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Summer Edith Wharton

Chapter X

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"Last trip up the Lake," a megaphone bellowed from the wharf; and the lights of the little steam-boat came dancing out of the darkness.

"No use waiting here; shall we run up the Lake?" Harney suggested.

They pushed their way back to the edge of the water just as the gang-plank lowered from the white side of the boat. The electric light at the end of the wharf flashed full on the descending passengers, and among them Charity caught sight of Julia Hawes, her white feather askew, and the face under it flushed with coarse laughter. As she stepped from the gang-plank she stopped short, her dark-ringed eyes darting malice.

"Hullo, Charity Royall!" she called out; and then, looking back over her shoulder: "Didn't I tell you it was a family party? Here's grandpa's little daughter come to take him home!"

A snigger ran through the group; and then, towering above them, and steadying himself by the hand-rail in a desperate effort at erectness, Mr. Royall stepped stiffly ashore. Like the young men of the party, he wore a secret society emblem in the buttonhole of his black frock-coat. His head was covered by a new Panama hat, and his narrow black tie, half undone, dangled down on his rumpled shirt-front. His face, a livid brown, with red blotches of anger and lips sunken in like an old man's, was a lamentable ruin in the searching glare.

He was just behind Julia Hawes, and had one hand on her arm; but as he left the gang-plank he freed himself, and moved a step or two away from his companions. He had seen Charity at once, and his glance passed slowly from her to Harney, whose arm was still about her. He stood staring at them, and trying to master the senile quiver of his lips; then he drew himself up with the tremulous majesty of drunkenness, and stretched out his arm.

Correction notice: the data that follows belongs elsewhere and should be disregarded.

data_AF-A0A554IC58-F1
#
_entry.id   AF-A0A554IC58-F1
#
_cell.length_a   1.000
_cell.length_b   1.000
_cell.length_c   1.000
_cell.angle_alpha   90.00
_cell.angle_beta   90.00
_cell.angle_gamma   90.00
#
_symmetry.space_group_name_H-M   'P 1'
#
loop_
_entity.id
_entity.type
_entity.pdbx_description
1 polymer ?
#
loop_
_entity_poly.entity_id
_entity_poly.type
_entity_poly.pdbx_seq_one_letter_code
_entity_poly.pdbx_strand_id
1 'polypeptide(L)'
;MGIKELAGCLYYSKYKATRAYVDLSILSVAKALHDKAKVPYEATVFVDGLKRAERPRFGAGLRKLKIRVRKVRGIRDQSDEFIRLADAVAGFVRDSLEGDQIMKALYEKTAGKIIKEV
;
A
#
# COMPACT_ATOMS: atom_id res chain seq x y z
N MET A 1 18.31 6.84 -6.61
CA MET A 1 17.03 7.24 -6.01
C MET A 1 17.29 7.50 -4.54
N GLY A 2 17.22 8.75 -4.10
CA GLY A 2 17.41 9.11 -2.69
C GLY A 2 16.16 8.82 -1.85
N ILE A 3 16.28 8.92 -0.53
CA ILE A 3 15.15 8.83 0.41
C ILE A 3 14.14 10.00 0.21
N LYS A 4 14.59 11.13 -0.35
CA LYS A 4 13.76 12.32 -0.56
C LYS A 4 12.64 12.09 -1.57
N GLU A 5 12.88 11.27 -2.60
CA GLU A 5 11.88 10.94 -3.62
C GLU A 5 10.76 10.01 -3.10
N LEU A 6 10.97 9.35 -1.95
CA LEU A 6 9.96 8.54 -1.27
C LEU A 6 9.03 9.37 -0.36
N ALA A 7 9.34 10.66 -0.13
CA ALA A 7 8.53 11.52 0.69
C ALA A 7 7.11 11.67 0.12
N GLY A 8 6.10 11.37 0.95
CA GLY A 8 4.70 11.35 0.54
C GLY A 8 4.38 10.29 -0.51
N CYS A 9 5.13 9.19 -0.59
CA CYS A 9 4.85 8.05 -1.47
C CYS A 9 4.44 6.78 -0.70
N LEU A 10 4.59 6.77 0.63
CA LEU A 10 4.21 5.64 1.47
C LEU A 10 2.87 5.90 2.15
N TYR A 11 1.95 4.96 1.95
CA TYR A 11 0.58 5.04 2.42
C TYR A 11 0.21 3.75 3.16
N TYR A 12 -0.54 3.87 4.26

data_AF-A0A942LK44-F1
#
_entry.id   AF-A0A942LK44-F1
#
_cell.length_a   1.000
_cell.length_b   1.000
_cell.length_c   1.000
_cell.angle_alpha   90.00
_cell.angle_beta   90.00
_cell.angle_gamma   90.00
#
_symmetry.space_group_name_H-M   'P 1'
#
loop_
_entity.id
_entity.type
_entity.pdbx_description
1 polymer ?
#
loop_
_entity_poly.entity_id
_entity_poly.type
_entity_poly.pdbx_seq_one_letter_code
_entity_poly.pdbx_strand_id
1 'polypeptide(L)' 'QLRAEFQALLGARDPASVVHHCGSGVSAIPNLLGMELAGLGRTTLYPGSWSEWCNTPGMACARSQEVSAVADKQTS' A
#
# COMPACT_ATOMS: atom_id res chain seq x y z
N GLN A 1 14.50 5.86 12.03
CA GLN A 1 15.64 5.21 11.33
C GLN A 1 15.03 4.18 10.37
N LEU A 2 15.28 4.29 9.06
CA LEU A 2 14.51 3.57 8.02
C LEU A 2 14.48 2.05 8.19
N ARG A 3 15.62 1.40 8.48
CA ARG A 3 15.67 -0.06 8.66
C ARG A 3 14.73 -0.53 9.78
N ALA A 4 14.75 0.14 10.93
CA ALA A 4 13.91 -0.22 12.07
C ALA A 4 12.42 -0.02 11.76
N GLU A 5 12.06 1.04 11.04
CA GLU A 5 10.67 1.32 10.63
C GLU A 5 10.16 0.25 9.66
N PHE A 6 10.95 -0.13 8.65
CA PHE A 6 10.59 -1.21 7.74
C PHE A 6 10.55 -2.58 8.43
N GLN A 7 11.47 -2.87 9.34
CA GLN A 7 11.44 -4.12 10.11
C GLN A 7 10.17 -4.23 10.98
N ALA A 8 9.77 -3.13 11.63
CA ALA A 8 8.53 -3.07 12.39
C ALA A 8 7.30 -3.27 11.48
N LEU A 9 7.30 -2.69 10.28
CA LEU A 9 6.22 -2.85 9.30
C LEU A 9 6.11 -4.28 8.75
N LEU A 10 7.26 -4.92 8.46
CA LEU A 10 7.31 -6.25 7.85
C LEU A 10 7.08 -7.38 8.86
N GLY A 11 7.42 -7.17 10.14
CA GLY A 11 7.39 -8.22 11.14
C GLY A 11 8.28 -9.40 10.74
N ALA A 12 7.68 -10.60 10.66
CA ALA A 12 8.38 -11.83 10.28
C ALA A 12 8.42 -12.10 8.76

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"You whore--you damn--bare-headed whore, you!" he enunciated slowly.

There was a scream of tipsy laughter from the party, and Charity involuntarily put her hands to her head. She remembered that her hat had fallen from her lap when she jumped up to leave the stand; and suddenly she had a vision of herself, hatless, dishevelled, with a man's arm about her, confronting that drunken crew, headed by her guardian's pitiable figure. The picture filled her with shame. She had known since childhood about Mr. Royall's "habits": had seen him, as she went up to bed, sitting morosely in his office, a bottle at his elbow; or coming home, heavy and quarrelsome, from his business expeditions to Hepburn or Springfield; but the idea of his associating himself publicly with a band of disreputable girls and bar-room loafers was new and dreadful to her.

"Oh----" she said in a gasp of misery; and releasing herself from Harney's arm she went straight up to Mr. Royall.

"You come home with me--you come right home with me," she said in a low stern voice, as if she had not heard his apostrophe; and one of the girls called out: "Say, how many fellers does she want?"

There was another laugh, followed by a pause of curiosity, during which Mr. Royall continued to glare at Charity. At length his twitching lips parted. "I said, 'You--damn--whore!'" he repeated with precision, steadying himself on Julia's shoulder.

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